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Latest posts by Italophile


Posted: 02/09/2012 at 11:12

That's a shame. Not even room for a couple of pots?


Posted: 02/09/2012 at 10:30

Crowns are planted in the ground between a foot and 18" apart, about the same between rows. I've seen asparagus grown in containers but you need pretty decent sized pots to accommodate the roots. I'd reckon one crown per 2'x2' (width x depth) pot would probably work. Make sure the pots have plenty of drainage holes. You'd need a top quality potting mix with plenty of extra organic material mixed in. The key to asparagus is caring for the roots.

Talkback: Tomato blight

Posted: 02/09/2012 at 07:24

Some varieties, particularly cherries, are prone to splitting. They have very thin skins. Sungold F1 is a famous example. Beyond that, splitting is usually related to excess moisture. It will often happen after sudden heavy rain. In simple terms, the sudden excess of moisture causes a growth spurt in the tomato but its skin is unprepared for it. Something has to give, and it's the skin. It's like putting on a tight pair of jeans, breathing out, and popping the top button. I speak from experience.

Simple overwatering can also cause it.

best flavoured tomatoes

Posted: 01/09/2012 at 20:28

Did you bag the flowers before they opened, Maud? Or do you not have other varieties nearby?

I think I might have a shower too. On my wife's orders.


Tomato Problems

Posted: 01/09/2012 at 16:01

Damp cool conditions are utterly ideal for any sort of fungal problems. There have been a lot of reports of same.

Greenhouse after tomato blight

Posted: 01/09/2012 at 11:49

Nytiri, toms are subject to a variety of diseases. They can broadly be classified as fungal, bacterial and viral.

The problem is that "blight" has become a generic term for fungal disease. There are only two actual Blights - Early Blight, and Late Blight. Other fungal diseases - Septoria Leaf Spot, etc - have similar but identifiably different symptoms, but the end result is largely the same. The big difference between the Blights - and SLS, etc - is that Late Blight can and will wipe out an entire plant within a week. Early Blight, SLS, etc, will eventually spread across the plant - unless you take preventive measures like removing affected foliage as soon as it appears - but take a long time to destroy the plant. In fact, the plant usually runs out of steam first or cold weather sets in.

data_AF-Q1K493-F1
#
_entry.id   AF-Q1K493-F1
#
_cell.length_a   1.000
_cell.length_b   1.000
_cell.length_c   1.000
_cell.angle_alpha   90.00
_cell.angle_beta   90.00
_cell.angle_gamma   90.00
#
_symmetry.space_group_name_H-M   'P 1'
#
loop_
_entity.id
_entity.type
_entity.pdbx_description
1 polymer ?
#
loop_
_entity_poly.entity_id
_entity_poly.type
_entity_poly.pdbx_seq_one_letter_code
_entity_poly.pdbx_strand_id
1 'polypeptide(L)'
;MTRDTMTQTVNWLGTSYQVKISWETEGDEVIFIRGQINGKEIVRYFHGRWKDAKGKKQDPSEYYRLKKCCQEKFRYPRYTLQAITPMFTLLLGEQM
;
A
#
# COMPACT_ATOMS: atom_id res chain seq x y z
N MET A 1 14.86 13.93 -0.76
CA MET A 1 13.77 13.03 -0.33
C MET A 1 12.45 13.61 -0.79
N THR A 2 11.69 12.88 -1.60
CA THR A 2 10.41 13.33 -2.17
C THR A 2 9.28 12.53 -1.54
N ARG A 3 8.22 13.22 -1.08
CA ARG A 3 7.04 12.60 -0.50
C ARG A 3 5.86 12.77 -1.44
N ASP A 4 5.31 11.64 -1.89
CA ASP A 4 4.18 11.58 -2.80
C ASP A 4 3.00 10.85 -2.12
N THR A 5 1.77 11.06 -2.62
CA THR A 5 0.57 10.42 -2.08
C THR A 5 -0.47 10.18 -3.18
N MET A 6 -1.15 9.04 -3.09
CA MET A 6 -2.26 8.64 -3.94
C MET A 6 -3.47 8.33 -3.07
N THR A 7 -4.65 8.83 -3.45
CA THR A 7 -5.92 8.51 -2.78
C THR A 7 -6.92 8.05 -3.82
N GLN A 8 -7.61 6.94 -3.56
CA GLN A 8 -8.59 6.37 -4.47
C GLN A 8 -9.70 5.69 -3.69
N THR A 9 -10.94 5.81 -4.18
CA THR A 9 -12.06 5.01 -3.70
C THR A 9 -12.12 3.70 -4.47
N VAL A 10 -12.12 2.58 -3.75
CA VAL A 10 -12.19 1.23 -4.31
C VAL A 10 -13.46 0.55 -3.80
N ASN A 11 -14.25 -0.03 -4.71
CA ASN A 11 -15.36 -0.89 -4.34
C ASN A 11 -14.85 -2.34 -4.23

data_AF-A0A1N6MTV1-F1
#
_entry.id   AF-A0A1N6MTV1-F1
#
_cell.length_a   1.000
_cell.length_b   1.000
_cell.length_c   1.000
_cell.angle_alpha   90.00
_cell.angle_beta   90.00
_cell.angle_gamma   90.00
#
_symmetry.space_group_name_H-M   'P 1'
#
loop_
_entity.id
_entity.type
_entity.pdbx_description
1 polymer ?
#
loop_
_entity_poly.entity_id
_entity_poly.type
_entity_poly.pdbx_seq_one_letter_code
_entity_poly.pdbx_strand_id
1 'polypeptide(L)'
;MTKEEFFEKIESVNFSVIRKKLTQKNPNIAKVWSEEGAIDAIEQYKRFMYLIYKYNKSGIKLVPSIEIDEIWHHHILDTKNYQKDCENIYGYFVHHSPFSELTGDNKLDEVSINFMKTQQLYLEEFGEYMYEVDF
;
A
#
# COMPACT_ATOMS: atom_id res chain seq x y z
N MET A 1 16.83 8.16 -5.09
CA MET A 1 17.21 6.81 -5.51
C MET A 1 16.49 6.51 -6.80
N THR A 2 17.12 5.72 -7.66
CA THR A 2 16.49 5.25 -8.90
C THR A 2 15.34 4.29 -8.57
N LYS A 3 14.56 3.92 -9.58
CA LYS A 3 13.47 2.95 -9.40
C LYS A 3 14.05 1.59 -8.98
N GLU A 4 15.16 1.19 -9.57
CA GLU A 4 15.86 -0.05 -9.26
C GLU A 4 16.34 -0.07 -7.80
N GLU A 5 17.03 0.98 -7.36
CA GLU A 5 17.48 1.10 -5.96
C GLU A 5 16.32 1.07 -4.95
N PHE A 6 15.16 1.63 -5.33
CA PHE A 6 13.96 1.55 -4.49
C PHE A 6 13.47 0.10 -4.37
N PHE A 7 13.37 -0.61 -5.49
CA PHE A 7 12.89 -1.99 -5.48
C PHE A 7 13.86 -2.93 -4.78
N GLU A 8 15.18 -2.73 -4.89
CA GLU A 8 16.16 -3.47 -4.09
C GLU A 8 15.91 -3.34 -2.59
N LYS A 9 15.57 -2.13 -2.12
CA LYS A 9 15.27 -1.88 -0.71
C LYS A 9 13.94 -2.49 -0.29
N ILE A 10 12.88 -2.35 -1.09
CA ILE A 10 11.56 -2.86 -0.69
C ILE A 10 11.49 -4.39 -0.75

All fungal spores - the nasties that carry the pathogen - are airborne. They're invisible, they travel on the breeze, and they're everywhere.

I don't know what your particular symptoms are but it's very unusual for some toms in a greenhouse to be affected by fungal problems and others not. Greenhouse toms are particularly prone to fungal problems because of the enclosed environment and lack of air circulation you get outdoors. No tomato variety is immune to fungal problems.

Do you have any photos of your symptoms?

New site - bugs

Posted: 01/09/2012 at 11:34

Yup. I'm getting about 50%. Got yours!

Uploading pictures

Posted: 01/09/2012 at 10:48

Click on wherever in your forum post you want the image to appear.

Click on the Tree. It will open a window that lets you choose between your computer and an external site for the image you want to post. It is set by default to your computer. If the image is on your computer, you have to know where it's stored on the computer. Click Select and navigate to where the image is stored. Select the image. Click Upload. Then Save.

The image will appear in your post where you clicked for it to appear.

New site - bugs

Posted: 01/09/2012 at 10:44

Ah well, too good to be true. Back to random notifications.

Talkback: Tomato blight

Posted: 01/09/2012 at 10:41
Glyn Hodges wrote (see)
Having lost all of my outdoor tomato plants this year through "Blight" should the ground be treated before trying again next year, and, if so, what with and when?
Help appreciated. Thanks.

Glyn, common tomato fungal problems - Early Blight, Septoria Leaf Spot, etc - aren't soil-related. The spores travel in the air. Some of the spores will fall from the leaves to the soil during the season, but, as I posted above, you can turn over the soil and bury them. Any of the same fungal problems that turn up next year will arrive through the air.

The blight that attacks both toms and potatoes is Late Blight. Late Blight spores, unusually, don't live on in the soil on their own. They only remain an ongoing problem if infected toms - or potatoes - are left lying around.

There is, though, as Phil says, an argument for not planting in the same ground in successive years. There are some diseases - mainly viral - that can live on in the soil.

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